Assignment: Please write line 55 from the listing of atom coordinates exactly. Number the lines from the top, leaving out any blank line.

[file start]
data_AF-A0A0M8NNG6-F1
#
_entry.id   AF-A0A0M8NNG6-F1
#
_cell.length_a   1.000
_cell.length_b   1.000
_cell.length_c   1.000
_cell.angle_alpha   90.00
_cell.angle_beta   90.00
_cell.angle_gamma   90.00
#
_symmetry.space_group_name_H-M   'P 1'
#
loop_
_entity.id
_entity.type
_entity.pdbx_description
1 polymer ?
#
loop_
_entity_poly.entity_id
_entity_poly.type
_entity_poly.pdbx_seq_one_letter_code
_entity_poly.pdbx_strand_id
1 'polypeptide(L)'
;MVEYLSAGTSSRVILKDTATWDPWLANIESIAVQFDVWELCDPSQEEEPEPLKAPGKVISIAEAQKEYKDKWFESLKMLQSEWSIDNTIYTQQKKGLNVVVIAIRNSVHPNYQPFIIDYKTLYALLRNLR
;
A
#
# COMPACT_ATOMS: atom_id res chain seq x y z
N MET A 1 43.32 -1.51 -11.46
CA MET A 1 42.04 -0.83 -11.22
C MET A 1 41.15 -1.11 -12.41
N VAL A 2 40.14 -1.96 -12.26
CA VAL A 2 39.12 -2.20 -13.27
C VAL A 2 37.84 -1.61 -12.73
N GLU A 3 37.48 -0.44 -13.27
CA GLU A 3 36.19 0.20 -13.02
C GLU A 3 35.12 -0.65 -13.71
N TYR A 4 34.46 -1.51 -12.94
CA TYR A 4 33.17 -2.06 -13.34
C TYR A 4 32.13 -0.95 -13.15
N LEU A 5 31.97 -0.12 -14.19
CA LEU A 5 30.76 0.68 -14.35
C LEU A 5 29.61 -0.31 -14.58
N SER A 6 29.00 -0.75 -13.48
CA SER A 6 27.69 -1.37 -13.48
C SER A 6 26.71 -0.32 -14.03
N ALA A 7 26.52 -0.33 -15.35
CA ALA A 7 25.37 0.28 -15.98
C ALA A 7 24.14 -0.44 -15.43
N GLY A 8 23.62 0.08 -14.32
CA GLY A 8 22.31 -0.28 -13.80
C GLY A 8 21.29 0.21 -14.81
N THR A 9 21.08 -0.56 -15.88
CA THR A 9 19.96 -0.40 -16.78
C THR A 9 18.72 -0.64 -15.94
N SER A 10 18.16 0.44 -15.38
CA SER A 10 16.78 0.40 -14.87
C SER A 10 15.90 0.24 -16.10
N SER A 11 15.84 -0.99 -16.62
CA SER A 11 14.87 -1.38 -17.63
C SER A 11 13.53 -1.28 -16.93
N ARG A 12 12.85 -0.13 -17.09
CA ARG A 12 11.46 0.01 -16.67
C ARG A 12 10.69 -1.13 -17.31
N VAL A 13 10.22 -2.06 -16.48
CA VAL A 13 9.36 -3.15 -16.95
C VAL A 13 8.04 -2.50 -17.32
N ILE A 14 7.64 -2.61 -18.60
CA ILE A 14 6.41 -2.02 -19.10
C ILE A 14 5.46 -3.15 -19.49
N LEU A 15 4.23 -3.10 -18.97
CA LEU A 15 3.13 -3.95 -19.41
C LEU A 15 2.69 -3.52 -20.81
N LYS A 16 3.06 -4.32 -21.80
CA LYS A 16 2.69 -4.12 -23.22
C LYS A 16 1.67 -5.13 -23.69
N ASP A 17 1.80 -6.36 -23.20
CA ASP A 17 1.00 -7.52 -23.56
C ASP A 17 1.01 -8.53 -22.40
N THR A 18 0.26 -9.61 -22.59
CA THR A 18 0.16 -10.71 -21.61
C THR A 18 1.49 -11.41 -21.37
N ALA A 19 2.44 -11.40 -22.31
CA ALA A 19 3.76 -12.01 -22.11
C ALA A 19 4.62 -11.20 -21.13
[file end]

N THR A 9 21.08 -0.56 -15.88